At that time, western wear was just emerging as a specialty market. The Emporium Western Store sold cowboy boots and hats, snap-button shirts, and jeans. Oil workers and hunters joined farmers and ranchers shopping there. They were rugged, practical people buying rugged, practical clothes.
Then, in the '50s: show business! TV programs starring Roy Rogers, Gene Autry, and Hopalong Cassidy inspired millions of city slickers to get their cowboy on. Meanwhile, bands flocked to local honky-tonks where the rock-inflected "Bakersfield Sound" was transforming country music. Performers took the stage in bold-colored and embroidered shirts supplied by Emporium Western.
Buck Owens and Merle Haggard were among those whom Al Goldwater clothed. Owens, in particular, was a friend of the store for half a century. Right after landing his first major gig in Los Angeles, he came in to tell Al Goldwater about it. "My dad said, 'What are you going to wear?'" Stephen Goldwater says. "Buck said, 'I don't know. I can't afford anything.' My dad said, 'Let's outfit you, and when you get the money you can pay me back.' Of course, Buck got huge in country music. And he paid my dad back."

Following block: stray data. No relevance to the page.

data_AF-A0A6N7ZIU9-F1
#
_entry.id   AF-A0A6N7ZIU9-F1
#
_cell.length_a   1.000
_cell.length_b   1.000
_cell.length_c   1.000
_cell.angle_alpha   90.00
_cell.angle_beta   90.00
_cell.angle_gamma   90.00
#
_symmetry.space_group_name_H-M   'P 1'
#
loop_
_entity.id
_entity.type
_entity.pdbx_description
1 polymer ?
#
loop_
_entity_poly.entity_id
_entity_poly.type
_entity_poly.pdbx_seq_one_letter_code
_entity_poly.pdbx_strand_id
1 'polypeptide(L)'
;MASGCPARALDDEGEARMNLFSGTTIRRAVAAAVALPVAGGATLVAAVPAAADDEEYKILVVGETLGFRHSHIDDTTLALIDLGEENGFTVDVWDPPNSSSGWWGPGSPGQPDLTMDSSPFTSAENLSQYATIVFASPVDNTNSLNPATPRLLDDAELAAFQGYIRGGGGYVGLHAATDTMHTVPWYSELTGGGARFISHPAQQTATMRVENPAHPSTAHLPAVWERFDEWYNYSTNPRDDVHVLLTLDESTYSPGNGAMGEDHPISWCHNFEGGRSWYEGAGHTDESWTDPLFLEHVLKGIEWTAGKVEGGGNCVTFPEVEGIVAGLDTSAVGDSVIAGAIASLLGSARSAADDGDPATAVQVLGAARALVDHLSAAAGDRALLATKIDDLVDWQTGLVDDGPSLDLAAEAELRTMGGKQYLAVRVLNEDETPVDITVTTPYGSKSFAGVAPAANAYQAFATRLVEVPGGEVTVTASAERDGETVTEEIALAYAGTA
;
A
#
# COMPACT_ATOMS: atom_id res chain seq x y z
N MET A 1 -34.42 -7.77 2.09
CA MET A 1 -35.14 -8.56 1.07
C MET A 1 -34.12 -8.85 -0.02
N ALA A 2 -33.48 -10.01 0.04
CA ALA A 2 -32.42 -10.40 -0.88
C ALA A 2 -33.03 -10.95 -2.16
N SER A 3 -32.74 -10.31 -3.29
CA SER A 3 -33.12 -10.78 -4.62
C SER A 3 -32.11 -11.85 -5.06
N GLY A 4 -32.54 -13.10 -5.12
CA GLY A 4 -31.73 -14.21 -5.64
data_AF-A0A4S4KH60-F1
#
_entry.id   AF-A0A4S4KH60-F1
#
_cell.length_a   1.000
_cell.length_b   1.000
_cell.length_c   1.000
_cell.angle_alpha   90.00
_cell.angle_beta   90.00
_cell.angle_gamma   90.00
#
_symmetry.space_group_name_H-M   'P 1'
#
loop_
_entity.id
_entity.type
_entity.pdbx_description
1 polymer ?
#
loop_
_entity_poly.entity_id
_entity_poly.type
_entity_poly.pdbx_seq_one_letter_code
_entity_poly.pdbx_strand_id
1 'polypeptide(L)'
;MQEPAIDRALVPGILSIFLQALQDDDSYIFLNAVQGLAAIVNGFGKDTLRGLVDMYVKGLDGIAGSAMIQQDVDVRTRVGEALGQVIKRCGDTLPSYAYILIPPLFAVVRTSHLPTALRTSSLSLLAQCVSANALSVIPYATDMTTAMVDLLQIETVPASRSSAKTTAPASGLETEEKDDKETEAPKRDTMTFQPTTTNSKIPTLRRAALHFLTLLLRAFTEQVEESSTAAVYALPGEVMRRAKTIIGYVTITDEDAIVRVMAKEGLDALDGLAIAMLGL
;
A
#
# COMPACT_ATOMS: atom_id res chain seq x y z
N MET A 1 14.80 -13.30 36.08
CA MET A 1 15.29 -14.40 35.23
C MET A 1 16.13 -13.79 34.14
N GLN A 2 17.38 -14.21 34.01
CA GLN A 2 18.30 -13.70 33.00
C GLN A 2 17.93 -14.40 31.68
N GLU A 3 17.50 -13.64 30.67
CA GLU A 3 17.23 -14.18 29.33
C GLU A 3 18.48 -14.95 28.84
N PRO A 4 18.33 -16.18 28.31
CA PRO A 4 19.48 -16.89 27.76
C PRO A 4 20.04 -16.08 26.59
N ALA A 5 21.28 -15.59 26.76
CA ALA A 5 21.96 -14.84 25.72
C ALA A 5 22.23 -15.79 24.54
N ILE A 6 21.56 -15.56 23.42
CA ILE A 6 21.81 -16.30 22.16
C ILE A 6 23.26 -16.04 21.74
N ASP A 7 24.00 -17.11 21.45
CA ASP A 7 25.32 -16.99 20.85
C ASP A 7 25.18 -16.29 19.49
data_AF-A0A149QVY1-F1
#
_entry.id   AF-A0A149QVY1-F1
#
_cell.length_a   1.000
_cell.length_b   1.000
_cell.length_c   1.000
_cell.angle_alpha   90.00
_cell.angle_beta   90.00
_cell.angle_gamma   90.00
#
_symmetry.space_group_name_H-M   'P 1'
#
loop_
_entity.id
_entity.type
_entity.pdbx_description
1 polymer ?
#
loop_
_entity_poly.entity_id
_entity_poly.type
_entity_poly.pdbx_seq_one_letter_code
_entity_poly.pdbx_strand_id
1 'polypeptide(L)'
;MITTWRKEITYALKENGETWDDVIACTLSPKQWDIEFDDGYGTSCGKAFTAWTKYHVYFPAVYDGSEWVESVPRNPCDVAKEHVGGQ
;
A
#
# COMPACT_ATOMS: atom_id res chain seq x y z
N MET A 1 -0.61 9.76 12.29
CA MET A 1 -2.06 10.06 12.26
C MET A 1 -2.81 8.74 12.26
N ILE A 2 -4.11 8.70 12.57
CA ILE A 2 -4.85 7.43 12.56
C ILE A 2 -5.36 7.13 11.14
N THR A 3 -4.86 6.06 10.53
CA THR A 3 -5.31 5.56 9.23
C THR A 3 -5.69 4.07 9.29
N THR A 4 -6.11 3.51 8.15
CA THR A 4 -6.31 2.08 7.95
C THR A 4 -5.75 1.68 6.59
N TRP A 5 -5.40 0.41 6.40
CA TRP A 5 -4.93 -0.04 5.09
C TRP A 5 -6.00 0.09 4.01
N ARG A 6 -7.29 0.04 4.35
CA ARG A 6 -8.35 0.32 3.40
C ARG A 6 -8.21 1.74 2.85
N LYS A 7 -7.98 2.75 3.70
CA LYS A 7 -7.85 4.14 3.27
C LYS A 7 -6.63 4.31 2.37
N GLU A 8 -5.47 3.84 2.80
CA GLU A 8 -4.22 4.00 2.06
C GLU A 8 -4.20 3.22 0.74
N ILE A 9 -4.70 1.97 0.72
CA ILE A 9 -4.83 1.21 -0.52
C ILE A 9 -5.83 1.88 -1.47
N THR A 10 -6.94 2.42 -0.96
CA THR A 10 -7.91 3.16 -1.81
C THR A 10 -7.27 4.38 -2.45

The Emporium Western Store became known for two other things. First, it embosses names and initials on the backs of leather belts, a service that's grown increasingly rare. The business also uses a steamer to soften cowboy hats, which a practiced staff member can shape to the customer's liking--indenting the top, for example, or rolling the brim on the sides.
Goldwater and his sister, Carol Goldwater Durst, took over the store in the early '90s. (Goldwater Durst has since retired.) Three-quarters of revenue still comes from outfitting ranchers, farmers, and other outdoorspeople. Tourists and musicians make up much of the rest. With Hollywood just 90 minutes away, the area is also popular among filmmakers. Actors and crews drop in while on location.
"Unfortunately, little stores like this in the industry are dying out," Goldwater says. One reason is lack of interest from the next generation--including Goldwater's own children, who aren't eager to take over the family business. Another is competition from Boot Barn, a large public chain with a younger audience and less authenticity.
There is a Boot Barn in Bakersfield. It is located on Buck Owens Boulevard.